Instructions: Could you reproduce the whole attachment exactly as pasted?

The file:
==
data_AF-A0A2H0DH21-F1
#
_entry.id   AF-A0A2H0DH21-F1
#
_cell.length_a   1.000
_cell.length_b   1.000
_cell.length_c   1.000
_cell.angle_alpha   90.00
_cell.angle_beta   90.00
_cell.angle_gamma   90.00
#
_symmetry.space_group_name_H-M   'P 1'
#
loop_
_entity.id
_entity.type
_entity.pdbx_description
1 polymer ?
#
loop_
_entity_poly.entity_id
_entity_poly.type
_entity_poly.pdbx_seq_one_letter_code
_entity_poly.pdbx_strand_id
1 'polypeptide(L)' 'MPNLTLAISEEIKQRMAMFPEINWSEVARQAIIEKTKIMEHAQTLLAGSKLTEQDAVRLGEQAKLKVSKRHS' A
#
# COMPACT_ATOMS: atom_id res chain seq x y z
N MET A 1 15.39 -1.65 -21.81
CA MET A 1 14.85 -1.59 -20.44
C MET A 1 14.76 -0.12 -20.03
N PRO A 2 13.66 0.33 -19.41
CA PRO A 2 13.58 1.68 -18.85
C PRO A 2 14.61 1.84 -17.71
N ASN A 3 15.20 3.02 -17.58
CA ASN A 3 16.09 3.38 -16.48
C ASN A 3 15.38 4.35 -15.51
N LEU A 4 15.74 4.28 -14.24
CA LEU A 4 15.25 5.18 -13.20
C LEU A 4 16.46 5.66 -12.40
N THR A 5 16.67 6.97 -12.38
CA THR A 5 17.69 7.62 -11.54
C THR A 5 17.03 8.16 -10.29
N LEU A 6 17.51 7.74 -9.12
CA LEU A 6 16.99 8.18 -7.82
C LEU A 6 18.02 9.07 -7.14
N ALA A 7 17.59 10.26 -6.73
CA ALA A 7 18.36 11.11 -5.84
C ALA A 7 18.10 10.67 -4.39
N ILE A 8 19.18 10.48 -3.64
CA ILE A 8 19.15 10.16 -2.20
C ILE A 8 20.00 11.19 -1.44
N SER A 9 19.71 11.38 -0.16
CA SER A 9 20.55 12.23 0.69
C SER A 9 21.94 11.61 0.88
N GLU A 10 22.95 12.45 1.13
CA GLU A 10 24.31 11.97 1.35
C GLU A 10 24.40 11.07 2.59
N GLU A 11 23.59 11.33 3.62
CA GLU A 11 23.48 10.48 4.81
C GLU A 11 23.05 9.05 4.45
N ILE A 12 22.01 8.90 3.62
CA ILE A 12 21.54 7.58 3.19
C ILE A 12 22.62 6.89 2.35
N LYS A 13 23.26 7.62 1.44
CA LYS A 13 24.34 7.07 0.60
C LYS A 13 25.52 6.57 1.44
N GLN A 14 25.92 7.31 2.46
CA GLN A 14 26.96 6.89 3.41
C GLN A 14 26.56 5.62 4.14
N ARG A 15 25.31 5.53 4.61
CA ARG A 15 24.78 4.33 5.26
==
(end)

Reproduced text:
data_AF-A0A2H0DH21-F1
#
_entry.id   AF-A0A2H0DH21-F1
#
_cell.length_a   1.000
_cell.length_b   1.000
_cell.length_c   1.000
_cell.angle_alpha   90.00
_cell.angle_beta   90.00
_cell.angle_gamma   90.00
#
_symmetry.space_group_name_H-M   'P 1'
#
loop_
_entity.id
_entity.type
_entity.pdbx_description
1 polymer ?
#
loop_
_entity_poly.entity_id
_entity_poly.type
_entity_poly.pdbx_seq_one_letter_code
_entity_poly.pdbx_strand_id
1 'polypeptide(L)' 'MPNLTLAISEEIKQRMAMFPEINWSEVARQAIIEKTKIMEHAQTLLAGSKLTEQDAVRLGEQAKLKVSKRHS' A
#
# COMPACT_ATOMS: atom_id res chain seq x y z
N MET A 1 15.39 -1.65 -21.81
CA MET A 1 14.85 -1.59 -20.44
C MET A 1 14.76 -0.12 -20.03
N PRO A 2 13.66 0.33 -19.41
CA PRO A 2 13.58 1.68 -18.85
C PRO A 2 14.61 1.84 -17.71
N ASN A 3 15.20 3.02 -17.58
CA ASN A 3 16.09 3.38 -16.48
C ASN A 3 15.38 4.35 -15.51
N LEU A 4 15.74 4.28 -14.24
CA LEU A 4 15.25 5.18 -13.20
C LEU A 4 16.46 5.66 -12.40
N THR A 5 16.67 6.97 -12.38
CA THR A 5 17.69 7.62 -11.54
C THR A 5 17.03 8.16 -10.29
N LEU A 6 17.51 7.74 -9.12
CA LEU A 6 16.99 8.18 -7.82
C LEU A 6 18.02 9.07 -7.14
N ALA A 7 17.59 10.26 -6.73
CA ALA A 7 18.36 11.11 -5.84
C ALA A 7 18.10 10.67 -4.39
N ILE A 8 19.18 10.48 -3.64
CA ILE A 8 19.15 10.16 -2.20
C ILE A 8 20.00 11.19 -1.44
N SER A 9 19.71 11.38 -0.16
CA SER A 9 20.55 12.23 0.69
C SER A 9 21.94 11.61 0.88
N GLU A 10 22.95 12.45 1.13
CA GLU A 10 24.31 11.97 1.35
C GLU A 10 24.40 11.07 2.59
N GLU A 11 23.59 11.33 3.62
CA GLU A 11 23.48 10.48 4.81
C GLU A 11 23.05 9.05 4.45
N ILE A 12 22.01 8.90 3.62
CA ILE A 12 21.54 7.58 3.19
C ILE A 12 22.62 6.89 2.35
N LYS A 13 23.26 7.62 1.44
CA LYS A 13 24.34 7.07 0.60
C LYS A 13 25.52 6.57 1.44
N GLN A 14 25.92 7.31 2.46
CA GLN A 14 26.96 6.89 3.41
C GLN A 14 26.56 5.62 4.14
N ARG A 15 25.31 5.53 4.61
CA ARG A 15 24.78 4.33 5.26